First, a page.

2012 Data Archive

Note: This page contains data current as of November 26, 2013. Additional data, updates, or corrections received after that date are not reflected in this summary. For the most up-to-date summary, visit Data & Statistics landing page.


In 2012, 22 states conducted surveillance for babesiosis: Alabama, California, Connecticut, Delaware, Indiana, Maine, Maryland, Massachusetts, Michigan, Minnesota, Nebraska, New Hampshire, New Jersey, New York, North Dakota, Oregon, Rhode Island, Tennessee, Vermont, Washington, Wisconsin, and Wyoming.

For 2012, among these 22 states where babesiosis is reportable, CDC was notified of 911 cases of babesiosis.

Babesiosis became a nationally notifiable condition in January 2011, which means that CDC is notified of the number of cases that meet the case definition from those health departments where babesiosis is reportable. Surveillance data for 2011 were summarized in an MMWR article. Data for 2012 are summarized below.


In 2012, the 911 cases were reported in residents of 14 of the 22 states (Figure 1). The other 8 states reported no cases.

Most (96%) of the cases were reported by 7 states: Connecticut, Massachusetts, Minnesota, New Jersey, New York, Rhode Island, and Wisconsin. Tickborne transmission of Babesia parasites is well established in these states.

FIGURE 1. Number of reported cases of babesiosis, by county of residence† — 22 states,§ 2012

† N = 904; county of residence was unknown for 7 of the 911 patients. Cases are mapped to the patients’ county of residence, not necessarily the place where patients became infected.

§ For 2012, 14 of the 22 states that conducted surveillance for babesiosis reported at least 1 case: California, Connecticut, Indiana, Maine, Maryland, Massachusetts, Minnesota, Nebraska, New Hampshire, New Jersey, New York, Rhode Island, Vermont, and Wisconsin. Eight (8) states reported 0 cases: Alabama, Delaware, Michigan, North Dakota, Oregon, Tennessee, Washington, and Wyoming. In 2012, babesiosis was not a reportable disease in the gray states, and health departments in those states did not notify CDC of cases.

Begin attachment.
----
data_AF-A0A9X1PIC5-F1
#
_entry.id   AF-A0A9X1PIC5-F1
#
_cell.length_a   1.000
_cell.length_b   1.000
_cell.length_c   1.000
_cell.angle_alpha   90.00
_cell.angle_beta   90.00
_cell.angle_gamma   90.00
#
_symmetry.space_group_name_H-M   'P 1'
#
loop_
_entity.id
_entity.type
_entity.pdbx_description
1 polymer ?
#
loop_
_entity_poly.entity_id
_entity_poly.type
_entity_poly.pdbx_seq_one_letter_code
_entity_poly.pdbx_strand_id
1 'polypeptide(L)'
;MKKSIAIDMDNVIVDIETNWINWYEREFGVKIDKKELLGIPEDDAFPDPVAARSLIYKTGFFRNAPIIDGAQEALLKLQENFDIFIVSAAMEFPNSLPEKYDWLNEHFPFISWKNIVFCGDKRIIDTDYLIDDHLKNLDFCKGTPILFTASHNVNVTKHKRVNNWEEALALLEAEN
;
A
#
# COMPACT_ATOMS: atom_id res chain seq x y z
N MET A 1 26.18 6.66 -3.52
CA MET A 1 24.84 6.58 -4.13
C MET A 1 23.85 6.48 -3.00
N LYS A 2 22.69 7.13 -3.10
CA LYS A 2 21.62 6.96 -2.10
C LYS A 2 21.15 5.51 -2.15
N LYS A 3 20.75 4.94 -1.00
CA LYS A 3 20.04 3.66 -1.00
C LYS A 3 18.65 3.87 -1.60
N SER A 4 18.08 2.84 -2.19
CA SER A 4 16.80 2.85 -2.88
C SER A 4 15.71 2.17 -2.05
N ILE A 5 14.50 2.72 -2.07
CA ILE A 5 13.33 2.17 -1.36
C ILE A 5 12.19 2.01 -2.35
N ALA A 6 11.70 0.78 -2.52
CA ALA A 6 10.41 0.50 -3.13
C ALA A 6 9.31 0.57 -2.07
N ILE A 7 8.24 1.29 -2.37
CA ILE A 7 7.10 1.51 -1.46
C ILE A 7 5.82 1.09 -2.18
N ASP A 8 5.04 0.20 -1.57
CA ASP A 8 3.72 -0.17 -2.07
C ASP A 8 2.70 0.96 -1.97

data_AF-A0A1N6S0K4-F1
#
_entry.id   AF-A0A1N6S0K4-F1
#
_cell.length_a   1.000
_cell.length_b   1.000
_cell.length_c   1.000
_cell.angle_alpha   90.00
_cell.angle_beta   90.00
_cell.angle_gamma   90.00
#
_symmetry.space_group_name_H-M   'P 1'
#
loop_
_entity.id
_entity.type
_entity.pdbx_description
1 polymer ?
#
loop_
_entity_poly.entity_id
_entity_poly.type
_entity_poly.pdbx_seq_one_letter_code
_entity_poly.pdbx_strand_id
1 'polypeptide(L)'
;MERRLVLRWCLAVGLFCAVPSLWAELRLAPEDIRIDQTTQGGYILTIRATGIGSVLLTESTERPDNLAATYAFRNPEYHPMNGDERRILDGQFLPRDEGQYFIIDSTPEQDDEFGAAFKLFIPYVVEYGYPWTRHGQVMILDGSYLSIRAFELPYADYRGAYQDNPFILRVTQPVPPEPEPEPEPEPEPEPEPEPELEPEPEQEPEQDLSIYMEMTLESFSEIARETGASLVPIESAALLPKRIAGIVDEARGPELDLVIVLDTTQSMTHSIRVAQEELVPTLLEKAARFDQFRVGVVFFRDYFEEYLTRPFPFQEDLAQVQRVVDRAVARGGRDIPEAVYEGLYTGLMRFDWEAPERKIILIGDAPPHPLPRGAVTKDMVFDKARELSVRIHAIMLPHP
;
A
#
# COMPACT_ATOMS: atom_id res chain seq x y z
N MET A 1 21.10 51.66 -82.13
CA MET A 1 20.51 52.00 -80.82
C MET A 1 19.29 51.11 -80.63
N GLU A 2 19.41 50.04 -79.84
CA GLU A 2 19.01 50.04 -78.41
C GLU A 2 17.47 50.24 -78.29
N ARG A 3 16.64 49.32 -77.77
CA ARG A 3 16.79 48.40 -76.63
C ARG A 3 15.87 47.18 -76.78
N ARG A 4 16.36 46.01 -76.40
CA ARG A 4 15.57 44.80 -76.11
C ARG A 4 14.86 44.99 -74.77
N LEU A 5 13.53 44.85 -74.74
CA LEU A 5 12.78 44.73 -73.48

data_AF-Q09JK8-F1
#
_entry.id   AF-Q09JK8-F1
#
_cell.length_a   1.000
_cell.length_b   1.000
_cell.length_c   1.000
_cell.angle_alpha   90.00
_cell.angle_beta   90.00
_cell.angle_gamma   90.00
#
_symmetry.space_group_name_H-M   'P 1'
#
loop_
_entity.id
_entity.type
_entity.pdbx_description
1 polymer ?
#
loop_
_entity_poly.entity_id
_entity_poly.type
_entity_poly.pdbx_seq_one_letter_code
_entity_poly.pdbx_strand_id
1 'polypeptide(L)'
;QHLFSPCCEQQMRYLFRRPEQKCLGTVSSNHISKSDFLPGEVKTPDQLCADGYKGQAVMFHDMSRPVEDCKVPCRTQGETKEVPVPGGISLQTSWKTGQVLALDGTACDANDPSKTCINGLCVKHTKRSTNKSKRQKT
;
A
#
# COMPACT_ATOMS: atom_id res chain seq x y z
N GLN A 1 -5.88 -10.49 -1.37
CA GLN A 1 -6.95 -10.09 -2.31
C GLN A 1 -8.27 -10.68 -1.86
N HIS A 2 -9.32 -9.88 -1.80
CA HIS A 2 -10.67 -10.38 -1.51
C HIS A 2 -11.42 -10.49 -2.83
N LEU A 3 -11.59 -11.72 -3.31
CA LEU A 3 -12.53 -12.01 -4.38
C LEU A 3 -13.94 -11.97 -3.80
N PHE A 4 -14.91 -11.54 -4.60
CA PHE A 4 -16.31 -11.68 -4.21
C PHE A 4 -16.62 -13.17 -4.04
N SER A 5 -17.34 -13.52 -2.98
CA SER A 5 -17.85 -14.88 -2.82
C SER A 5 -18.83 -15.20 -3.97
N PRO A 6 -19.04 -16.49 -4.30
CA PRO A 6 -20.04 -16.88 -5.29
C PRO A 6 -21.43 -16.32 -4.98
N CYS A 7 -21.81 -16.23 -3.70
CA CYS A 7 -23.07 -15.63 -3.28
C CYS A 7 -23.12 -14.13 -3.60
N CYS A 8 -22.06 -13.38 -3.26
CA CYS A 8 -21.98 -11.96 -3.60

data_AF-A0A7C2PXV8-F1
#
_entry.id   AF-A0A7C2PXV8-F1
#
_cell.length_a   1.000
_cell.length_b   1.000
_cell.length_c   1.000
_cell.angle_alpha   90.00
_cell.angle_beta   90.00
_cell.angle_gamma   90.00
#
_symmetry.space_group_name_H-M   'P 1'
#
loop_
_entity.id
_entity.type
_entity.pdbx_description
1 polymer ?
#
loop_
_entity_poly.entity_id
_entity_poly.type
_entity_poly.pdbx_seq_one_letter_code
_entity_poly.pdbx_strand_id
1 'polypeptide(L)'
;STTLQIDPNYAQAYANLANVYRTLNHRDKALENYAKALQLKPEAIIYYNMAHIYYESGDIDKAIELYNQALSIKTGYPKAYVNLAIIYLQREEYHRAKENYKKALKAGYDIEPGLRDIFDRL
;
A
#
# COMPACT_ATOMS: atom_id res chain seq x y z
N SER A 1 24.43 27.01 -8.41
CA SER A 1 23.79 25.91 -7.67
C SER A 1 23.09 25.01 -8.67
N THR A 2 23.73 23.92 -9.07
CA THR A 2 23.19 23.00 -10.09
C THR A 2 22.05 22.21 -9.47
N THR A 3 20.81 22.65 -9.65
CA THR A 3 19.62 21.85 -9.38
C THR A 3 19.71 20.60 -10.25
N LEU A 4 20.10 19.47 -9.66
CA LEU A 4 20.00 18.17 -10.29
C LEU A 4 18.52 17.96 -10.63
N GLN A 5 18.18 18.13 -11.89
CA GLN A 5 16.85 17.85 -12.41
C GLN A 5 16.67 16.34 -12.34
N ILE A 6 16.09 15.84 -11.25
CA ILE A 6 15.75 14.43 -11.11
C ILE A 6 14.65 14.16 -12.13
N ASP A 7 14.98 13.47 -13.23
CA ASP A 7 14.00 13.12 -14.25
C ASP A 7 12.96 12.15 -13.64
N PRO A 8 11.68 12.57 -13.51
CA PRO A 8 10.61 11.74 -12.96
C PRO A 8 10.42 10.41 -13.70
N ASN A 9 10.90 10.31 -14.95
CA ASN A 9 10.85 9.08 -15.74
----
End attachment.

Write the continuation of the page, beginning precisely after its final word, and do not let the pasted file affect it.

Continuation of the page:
Although cases of babesiosis can occur during any month, the majority of people reported getting sick during the spring or summer months. Among the 638 patients for whom data were available, 459 (72%) had symptom onset dates during June–August (Figure 2).

FIGURE 2. Number of reported cases of babesiosis,† by month of symptom onset — 2012

† N = 638 with available information.

Patient Characteristics 

For 2012, the median age of the patients was 62 years, with a range from less than 1 year to 98 years (Figure 3); 63% were male, 34% were female, and the sex was unknown for 3%.

For the 633 patients with information available, 285 (45%) were hospitalized. The median length of hospital stay was 5 days (range: 1 – 32 days). Signs and symptoms were not reported for every patient. When information was available, fever was the most frequently reported sign or symptom (85%; n=557/658 patients), followed by anemia (68%; n=240/351) and thrombocytopenia (68%; n=227/333).

FIGURE 3. Number of reported cases of babesiosis, by age group† — 2012

† N = 904; age was unknown for 7 of the 911 patients.

Routes of Transmission 

Of the 341 patients for whom data were available, only 147 (43%) recalled having a tick bite in the 8 weeks before symptom onset. Because the ticks that spread Babesia parasites are very small, many infected people don’t remember being bitten.

Babesiosis is usually spread by ticks, but people can also get infected via blood transfusion or congenitally (from mother to baby during pregnancy). For 2012, 7 cases of babesiosis in blood recipients were classified by the reporting state as transfusion associated; 1 reported case was attributed to congenital transmission.

Surveillance and Reporting 

CDC collects and disseminates U.S. babesiosis surveillance data. Surveillance is the ongoing collection and analysis of data and the timely dissemination of information so that action can be taken. State and territorial health departments notify CDC of cases of nationally notifiable conditions. Health care providers, laboratories, and the general public should contact their state health department for information about babesiosis reporting. For additional information visit babesiosis surveillance and case reporting.

Page last reviewed: December 15, 2016